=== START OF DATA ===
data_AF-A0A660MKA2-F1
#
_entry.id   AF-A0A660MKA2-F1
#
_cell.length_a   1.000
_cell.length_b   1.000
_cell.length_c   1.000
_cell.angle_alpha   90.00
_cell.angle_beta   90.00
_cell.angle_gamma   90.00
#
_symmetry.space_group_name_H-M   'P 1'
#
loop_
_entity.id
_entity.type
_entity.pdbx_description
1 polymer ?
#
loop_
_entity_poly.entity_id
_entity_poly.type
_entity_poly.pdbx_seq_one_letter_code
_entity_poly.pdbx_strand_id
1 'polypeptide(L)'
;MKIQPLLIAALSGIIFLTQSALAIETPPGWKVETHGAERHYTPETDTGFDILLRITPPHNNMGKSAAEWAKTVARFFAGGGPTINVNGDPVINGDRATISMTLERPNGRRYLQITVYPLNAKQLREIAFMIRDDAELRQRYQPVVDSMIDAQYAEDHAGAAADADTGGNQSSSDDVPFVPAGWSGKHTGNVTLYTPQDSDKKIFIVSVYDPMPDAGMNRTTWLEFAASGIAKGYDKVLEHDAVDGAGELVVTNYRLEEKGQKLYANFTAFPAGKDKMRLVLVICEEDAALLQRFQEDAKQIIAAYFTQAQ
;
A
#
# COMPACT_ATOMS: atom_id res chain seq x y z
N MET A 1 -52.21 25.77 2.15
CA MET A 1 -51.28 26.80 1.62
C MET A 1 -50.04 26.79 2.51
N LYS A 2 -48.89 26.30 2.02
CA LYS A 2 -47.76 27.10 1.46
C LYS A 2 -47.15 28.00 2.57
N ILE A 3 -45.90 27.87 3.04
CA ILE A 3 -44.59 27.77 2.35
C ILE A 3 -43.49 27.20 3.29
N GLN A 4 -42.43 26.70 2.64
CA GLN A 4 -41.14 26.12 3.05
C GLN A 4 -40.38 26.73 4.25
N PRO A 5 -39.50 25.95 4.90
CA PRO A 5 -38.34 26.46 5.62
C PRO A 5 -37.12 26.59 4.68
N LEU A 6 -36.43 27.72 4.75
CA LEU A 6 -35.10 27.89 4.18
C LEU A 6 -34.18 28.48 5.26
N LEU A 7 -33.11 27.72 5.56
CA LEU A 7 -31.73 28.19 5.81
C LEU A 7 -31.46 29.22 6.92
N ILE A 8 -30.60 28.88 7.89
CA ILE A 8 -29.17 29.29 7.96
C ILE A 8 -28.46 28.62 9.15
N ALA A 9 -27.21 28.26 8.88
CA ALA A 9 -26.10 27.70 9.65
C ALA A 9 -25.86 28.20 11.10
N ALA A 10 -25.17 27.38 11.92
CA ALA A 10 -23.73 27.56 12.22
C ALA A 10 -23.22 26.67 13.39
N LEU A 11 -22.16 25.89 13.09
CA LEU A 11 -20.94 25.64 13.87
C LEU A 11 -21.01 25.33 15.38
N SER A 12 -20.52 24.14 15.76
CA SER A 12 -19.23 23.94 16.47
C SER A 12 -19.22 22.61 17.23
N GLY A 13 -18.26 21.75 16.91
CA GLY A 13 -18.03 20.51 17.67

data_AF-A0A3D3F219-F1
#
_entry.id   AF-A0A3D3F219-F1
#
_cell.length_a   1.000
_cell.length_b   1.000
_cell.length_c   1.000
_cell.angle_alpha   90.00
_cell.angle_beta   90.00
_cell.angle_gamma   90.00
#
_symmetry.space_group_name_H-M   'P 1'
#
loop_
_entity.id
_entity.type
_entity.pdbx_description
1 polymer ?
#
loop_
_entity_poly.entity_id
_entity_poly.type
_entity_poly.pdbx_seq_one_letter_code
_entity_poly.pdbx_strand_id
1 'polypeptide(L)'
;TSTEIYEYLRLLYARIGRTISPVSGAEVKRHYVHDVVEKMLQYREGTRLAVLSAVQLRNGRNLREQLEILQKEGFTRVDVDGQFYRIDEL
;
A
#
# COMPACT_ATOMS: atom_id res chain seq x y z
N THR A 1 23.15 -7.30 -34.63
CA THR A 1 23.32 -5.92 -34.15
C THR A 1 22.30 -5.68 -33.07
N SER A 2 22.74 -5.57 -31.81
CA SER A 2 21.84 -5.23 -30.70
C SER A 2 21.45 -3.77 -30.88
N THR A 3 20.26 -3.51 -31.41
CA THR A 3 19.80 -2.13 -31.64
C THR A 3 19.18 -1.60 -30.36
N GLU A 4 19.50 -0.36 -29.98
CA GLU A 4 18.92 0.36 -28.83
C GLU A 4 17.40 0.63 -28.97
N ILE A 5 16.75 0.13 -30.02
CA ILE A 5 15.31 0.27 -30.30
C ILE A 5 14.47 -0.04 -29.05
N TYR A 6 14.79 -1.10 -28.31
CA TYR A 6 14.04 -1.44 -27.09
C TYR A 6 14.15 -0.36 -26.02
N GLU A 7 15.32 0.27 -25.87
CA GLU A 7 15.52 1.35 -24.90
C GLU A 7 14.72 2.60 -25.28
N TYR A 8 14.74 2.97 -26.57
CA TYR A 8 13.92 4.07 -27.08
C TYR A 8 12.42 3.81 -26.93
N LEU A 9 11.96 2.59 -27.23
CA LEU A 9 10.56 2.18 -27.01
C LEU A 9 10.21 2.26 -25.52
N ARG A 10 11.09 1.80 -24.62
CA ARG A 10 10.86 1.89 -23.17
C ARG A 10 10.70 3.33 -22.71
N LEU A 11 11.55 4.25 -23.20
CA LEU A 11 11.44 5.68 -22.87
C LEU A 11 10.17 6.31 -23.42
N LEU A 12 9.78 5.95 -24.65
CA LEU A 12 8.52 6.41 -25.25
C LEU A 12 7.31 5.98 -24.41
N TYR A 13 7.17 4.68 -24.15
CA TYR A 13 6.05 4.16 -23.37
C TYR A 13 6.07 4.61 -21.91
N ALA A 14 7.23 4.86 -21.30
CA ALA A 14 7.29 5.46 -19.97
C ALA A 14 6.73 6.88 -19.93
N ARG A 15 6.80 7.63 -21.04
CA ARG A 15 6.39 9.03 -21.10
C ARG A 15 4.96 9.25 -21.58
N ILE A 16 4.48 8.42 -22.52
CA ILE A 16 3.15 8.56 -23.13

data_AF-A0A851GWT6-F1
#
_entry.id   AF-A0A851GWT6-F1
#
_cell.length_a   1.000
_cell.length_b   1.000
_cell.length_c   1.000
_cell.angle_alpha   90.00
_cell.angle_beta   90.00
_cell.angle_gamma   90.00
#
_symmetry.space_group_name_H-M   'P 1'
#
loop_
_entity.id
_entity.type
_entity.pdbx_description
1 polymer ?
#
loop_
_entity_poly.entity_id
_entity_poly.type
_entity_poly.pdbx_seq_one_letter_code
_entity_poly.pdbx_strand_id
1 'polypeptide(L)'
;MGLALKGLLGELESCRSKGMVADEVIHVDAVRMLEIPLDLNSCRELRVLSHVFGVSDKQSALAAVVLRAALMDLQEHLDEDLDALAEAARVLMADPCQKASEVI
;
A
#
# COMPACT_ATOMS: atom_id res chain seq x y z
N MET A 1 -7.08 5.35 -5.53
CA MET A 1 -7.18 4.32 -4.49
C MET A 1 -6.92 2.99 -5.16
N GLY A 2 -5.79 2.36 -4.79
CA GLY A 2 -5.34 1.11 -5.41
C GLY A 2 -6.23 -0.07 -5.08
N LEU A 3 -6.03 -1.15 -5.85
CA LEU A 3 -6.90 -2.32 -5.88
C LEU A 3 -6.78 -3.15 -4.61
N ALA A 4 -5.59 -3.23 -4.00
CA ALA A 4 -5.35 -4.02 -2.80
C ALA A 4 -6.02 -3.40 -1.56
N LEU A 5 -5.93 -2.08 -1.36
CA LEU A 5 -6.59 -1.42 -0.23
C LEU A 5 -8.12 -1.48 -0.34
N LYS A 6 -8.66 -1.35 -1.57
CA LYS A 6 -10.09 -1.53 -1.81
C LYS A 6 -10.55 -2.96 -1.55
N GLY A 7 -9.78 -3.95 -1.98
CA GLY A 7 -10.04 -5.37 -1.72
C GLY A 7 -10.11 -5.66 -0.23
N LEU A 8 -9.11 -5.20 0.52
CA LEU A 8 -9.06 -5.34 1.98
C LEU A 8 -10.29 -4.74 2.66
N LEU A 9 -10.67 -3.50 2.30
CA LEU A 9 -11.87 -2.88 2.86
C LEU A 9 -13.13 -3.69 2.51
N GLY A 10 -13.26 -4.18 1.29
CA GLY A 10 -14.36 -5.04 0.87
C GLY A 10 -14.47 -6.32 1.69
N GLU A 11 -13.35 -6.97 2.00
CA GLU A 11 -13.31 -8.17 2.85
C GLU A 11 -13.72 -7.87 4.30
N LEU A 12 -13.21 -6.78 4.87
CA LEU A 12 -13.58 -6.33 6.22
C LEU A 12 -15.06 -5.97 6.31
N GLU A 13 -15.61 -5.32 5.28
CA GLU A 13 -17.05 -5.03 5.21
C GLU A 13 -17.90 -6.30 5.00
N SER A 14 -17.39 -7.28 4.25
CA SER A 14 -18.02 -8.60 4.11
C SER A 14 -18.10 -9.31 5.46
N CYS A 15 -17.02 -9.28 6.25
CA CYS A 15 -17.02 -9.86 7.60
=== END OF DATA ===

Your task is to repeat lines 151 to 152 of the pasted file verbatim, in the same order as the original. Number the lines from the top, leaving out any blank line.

_cell.length_b   1.000
_cell.length_c   1.000